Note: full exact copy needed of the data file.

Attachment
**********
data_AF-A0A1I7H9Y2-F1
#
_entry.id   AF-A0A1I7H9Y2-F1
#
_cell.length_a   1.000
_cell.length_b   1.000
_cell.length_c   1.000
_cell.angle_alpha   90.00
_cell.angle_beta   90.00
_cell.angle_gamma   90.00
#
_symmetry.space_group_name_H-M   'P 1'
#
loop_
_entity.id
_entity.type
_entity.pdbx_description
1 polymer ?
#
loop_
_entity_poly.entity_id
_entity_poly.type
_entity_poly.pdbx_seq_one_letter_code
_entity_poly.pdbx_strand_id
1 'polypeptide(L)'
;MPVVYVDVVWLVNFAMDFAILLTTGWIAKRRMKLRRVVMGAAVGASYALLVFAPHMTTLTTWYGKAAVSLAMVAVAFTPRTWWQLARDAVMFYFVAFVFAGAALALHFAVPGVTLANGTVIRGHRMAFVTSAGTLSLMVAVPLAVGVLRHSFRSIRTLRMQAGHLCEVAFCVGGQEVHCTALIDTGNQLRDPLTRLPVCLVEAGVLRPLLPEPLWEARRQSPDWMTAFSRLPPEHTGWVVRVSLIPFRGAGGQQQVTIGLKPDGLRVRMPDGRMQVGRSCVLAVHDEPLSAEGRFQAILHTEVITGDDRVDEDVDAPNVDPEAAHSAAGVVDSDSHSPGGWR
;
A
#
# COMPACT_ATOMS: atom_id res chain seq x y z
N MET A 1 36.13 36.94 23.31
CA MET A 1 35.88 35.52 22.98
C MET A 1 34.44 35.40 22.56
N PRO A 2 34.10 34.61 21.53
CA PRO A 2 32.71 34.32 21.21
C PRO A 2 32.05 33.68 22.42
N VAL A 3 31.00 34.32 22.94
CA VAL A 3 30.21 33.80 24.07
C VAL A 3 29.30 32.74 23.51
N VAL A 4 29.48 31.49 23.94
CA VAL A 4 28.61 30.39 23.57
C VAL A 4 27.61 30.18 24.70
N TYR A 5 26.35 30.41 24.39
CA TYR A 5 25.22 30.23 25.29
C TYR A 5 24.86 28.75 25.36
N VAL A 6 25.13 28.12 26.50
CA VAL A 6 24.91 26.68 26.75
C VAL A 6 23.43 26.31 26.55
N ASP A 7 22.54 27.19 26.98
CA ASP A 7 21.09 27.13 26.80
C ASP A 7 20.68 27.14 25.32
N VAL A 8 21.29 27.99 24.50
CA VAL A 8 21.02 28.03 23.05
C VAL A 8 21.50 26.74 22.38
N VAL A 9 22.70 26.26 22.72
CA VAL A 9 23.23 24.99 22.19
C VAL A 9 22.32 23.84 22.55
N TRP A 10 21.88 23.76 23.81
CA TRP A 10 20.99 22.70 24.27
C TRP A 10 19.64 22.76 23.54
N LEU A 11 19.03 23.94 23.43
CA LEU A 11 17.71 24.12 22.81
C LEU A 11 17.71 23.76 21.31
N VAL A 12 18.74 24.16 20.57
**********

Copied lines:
data_AF-A0A1I7H9Y2-F1
#
_entry.id   AF-A0A1I7H9Y2-F1
#
_cell.length_a   1.000
_cell.length_b   1.000
_cell.length_c   1.000
_cell.angle_alpha   90.00
_cell.angle_beta   90.00
_cell.angle_gamma   90.00
#
_symmetry.space_group_name_H-M   'P 1'
#
loop_
_entity.id
_entity.type
_entity.pdbx_description
1 polymer ?
#
loop_
_entity_poly.entity_id
_entity_poly.type
_entity_poly.pdbx_seq_one_letter_code
_entity_poly.pdbx_strand_id
1 'polypeptide(L)'
;MPVVYVDVVWLVNFAMDFAILLTTGWIAKRRMKLRRVVMGAAVGASYALLVFAPHMTTLTTWYGKAAVSLAMVAVAFTPRTWWQLARDAVMFYFVAFVFAGAALALHFAVPGVTLANGTVIRGHRMAFVTSAGTLSLMVAVPLAVGVLRHSFRSIRTLRMQAGHLCEVAFCVGGQEVHCTALIDTGNQLRDPLTRLPVCLVEAGVLRPLLPEPLWEARRQSPDWMTAFSRLPPEHTGWVVRVSLIPFRGAGGQQQVTIGLKPDGLRVRMPDGRMQVGRSCVLAVHDEPLSAEGRFQAILHTEVITGDDRVDEDVDAPNVDPEAAHSAAGVVDSDSHSPGGWR
;
A
#
# COMPACT_ATOMS: atom_id res chain seq x y z
N MET A 1 36.13 36.94 23.31
CA MET A 1 35.88 35.52 22.98
C MET A 1 34.44 35.40 22.56
N PRO A 2 34.10 34.61 21.53
CA PRO A 2 32.71 34.32 21.21
C PRO A 2 32.05 33.68 22.42
N VAL A 3 31.00 34.32 22.94
CA VAL A 3 30.21 33.80 24.07
C VAL A 3 29.30 32.74 23.51
N VAL A 4 29.48 31.49 23.94
CA VAL A 4 28.61 30.39 23.57
C VAL A 4 27.61 30.18 24.70
N TYR A 5 26.35 30.41 24.39
CA TYR A 5 25.22 30.23 25.29
C TYR A 5 24.86 28.75 25.36
N VAL A 6 25.13 28.12 26.50
CA VAL A 6 24.91 26.68 26.75
C VAL A 6 23.43 26.31 26.55
N ASP A 7 22.54 27.19 26.98
CA ASP A 7 21.09 27.13 26.80
C ASP A 7 20.68 27.14 25.32
N VAL A 8 21.29 27.99 24.50
CA VAL A 8 21.02 28.03 23.05
C VAL A 8 21.50 26.74 22.38
N VAL A 9 22.70 26.26 22.72
CA VAL A 9 23.23 24.99 22.19
C VAL A 9 22.32 23.84 22.55
N TRP A 10 21.88 23.76 23.81
CA TRP A 10 20.99 22.70 24.27
C TRP A 10 19.64 22.76 23.54
N LEU A 11 19.03 23.94 23.43
CA LEU A 11 17.71 24.12 22.81
C LEU A 11 17.71 23.76 21.31
N VAL A 12 18.74 24.16 20.57